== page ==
I became increasingly insecure about the way my body was perceived by men, and I asked the person I was dating to turn the lights off before he came to bed because I was embarrassed about my stomach. He laughed, “What stomach?”. When we broke up, I remember thinking ‘Maybe he would have liked me more if I was skinnier’. Strangely, food was the only thing that comforted me and I kept putting on weight. I subscribed to a food delivery service, thinking that if someone else controlled my food, then I’d lose weight and finally be happy.

The years I spent having my food controlled by others were incredibly challenging, however, the results were enough to keep me going. I joined the gym, I exercised – I was thriving! I lost the first few kilos easily, and for once, I felt in control of my body. But over time, I stopped losing weight and I plateaued. Even though I felt depressed and powerless, I persisted for two years before deciding to see a naturopath.

My naturopath said I’d need to give up grains, sugar and dairy in order to lose weight, so I did. She also suggested that I go off the pill and change antidepressants, believing weight gain to be an unwanted side effect. In the morning, I made green smoothies that tasted like dirt and dreamed they were bowls of porridge, at midday I longed for the one piece of fruit I was allowed, and all day, my head throbbed from sugar withdrawal. I lost all sense of optimism and the medication change threw me into a severe depressive episode. The worst part was, I didn’t lose any more weight. In search of answers, I went to an endocrinologist.

I first experienced fat-shaming during my second visit to the endocrinologist, even though I was a size 14 – well within the range of the average Australian woman. We’d spoken about how my mood was going (not great), how I was eating and what I was doing for exercise. When she left the room to retrieve blood-test results, I noticed her computer was angled toward me. Zoomed in, filling the entire screen, in block letters, it read ‘OBESITY?’.

I tried to remain calm but my face got hot, my tongue went numb and tears fell down the sides of my face. When she re-entered the room, she touched my shoulder and said, “I know it’s hard, but don’t you want a beautiful body like mine?”. I managed to stop crying during the walk from her suite to the elevator and then to the bathroom, but as soon as I locked the cubicle door, I let out a guttural sob. What more could I possibly do?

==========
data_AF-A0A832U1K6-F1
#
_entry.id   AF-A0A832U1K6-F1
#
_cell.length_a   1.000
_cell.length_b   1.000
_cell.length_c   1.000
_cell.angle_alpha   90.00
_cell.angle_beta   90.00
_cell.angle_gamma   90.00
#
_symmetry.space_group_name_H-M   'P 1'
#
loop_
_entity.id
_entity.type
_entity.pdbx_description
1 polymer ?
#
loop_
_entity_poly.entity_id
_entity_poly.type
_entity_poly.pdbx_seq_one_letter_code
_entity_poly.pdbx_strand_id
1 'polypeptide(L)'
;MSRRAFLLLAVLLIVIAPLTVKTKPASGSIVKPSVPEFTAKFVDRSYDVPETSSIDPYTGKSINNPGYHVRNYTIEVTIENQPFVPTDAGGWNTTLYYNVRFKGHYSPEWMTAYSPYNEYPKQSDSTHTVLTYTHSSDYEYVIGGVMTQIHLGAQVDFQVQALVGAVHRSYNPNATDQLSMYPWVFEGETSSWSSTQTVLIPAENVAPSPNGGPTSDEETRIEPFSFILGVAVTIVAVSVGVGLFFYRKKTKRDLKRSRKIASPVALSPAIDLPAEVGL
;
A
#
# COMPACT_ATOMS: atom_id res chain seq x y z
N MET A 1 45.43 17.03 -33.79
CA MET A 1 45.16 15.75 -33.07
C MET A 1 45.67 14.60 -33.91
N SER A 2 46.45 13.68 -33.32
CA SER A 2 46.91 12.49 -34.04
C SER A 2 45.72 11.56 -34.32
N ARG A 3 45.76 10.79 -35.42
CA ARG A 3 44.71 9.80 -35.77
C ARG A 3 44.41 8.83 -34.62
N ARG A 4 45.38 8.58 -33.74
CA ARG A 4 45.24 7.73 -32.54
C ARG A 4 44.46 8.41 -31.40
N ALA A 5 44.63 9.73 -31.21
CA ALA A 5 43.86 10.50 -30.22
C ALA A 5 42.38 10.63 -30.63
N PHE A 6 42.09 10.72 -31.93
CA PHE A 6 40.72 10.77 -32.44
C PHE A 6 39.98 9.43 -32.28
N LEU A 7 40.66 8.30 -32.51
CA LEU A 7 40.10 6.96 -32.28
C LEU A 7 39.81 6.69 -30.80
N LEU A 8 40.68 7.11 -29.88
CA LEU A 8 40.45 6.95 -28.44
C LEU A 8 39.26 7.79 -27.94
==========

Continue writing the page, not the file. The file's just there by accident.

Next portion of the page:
Oprah talks about ‘a-ha’ moments, and crying in that toilet cubicle was one for me. I had spent half of my twenties in pursuit of something that wasn’t achievable for me, and I’d lost all self-confidence in the process. I went back on the pill, upped my anti-depressants and let myself eat a piece of toast with butter. I could breathe again. It took over a year for my hormones to regulate themselves, and weekly visits to my psychologist and psychiatrist before my mood stabilised.

I’m 28 now, and after three years in a pandemic, I’m the biggest I’ve ever been. Depending on the brand, I’m a size 14 to 20 and yet, this is the most comfortable in my body I’ve ever been. There’s something very liberating about saying ‘fuck it’ and accepting your body for what it is. I scroll through my own Instagram page and it’s littered with selfies, particularly of my body in tight clothes or bathers. What started as a way for me to seek validation from others has become a place for me to document my body – not just how it’s changing (because change is inevitable) but to show that it exists.

I’m angry I spent so long hating the way I looked, and I’m afraid of returning to a headspace where comments from others determine my self-worth. I still cringe at my rippled thighs and, yes, maybe my tummy could be flatter and, God, I wish my naked boobs didn’t look like a pair of deflated balloons, but it’s the body I’ve got. Each selfie on my carefully curated grid is me reclaiming a body I rejected for most of my twenties. I’m taking control of my shape.